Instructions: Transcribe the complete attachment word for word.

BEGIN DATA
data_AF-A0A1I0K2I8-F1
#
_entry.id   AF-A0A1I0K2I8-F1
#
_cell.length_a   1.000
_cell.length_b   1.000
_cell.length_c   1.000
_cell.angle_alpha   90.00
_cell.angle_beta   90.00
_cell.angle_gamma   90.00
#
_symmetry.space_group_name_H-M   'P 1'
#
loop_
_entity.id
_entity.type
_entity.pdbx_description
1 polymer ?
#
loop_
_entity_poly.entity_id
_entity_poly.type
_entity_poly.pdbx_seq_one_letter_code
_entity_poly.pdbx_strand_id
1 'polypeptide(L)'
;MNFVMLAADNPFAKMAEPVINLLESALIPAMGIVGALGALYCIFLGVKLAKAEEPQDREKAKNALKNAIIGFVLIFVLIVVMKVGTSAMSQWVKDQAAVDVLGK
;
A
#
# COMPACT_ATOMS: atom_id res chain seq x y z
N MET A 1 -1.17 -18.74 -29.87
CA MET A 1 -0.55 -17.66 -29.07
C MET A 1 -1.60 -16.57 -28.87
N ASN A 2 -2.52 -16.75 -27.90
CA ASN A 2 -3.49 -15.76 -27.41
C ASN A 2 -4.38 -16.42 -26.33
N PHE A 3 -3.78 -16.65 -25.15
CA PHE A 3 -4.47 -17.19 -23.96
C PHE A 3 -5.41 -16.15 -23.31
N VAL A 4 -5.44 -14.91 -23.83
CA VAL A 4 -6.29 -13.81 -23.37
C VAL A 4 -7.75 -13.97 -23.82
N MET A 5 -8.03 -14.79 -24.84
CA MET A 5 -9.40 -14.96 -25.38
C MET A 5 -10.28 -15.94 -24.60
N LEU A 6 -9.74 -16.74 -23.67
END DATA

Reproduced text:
data_AF-A0A1I0K2I8-F1
#
_entry.id   AF-A0A1I0K2I8-F1
#
_cell.length_a   1.000
_cell.length_b   1.000
_cell.length_c   1.000
_cell.angle_alpha   90.00
_cell.angle_beta   90.00
_cell.angle_gamma   90.00
#
_symmetry.space_group_name_H-M   'P 1'
#
loop_
_entity.id
_entity.type
_entity.pdbx_description
1 polymer ?
#
loop_
_entity_poly.entity_id
_entity_poly.type
_entity_poly.pdbx_seq_one_letter_code
_entity_poly.pdbx_strand_id
1 'polypeptide(L)'
;MNFVMLAADNPFAKMAEPVINLLESALIPAMGIVGALGALYCIFLGVKLAKAEEPQDREKAKNALKNAIIGFVLIFVLIVVMKVGTSAMSQWVKDQAAVDVLGK
;
A
#
# COMPACT_ATOMS: atom_id res chain seq x y z
N MET A 1 -1.17 -18.74 -29.87
CA MET A 1 -0.55 -17.66 -29.07
C MET A 1 -1.60 -16.57 -28.87
N ASN A 2 -2.52 -16.75 -27.90
CA ASN A 2 -3.49 -15.76 -27.41
C ASN A 2 -4.38 -16.42 -26.33
N PHE A 3 -3.78 -16.65 -25.15
CA PHE A 3 -4.47 -17.19 -23.96
C PHE A 3 -5.41 -16.15 -23.31
N VAL A 4 -5.44 -14.91 -23.83
CA VAL A 4 -6.29 -13.81 -23.37
C VAL A 4 -7.75 -13.97 -23.82
N MET A 5 -8.03 -14.79 -24.84
CA MET A 5 -9.40 -14.96 -25.38
C MET A 5 -10.28 -15.94 -24.60
N LEU A 6 -9.74 -16.74 -23.67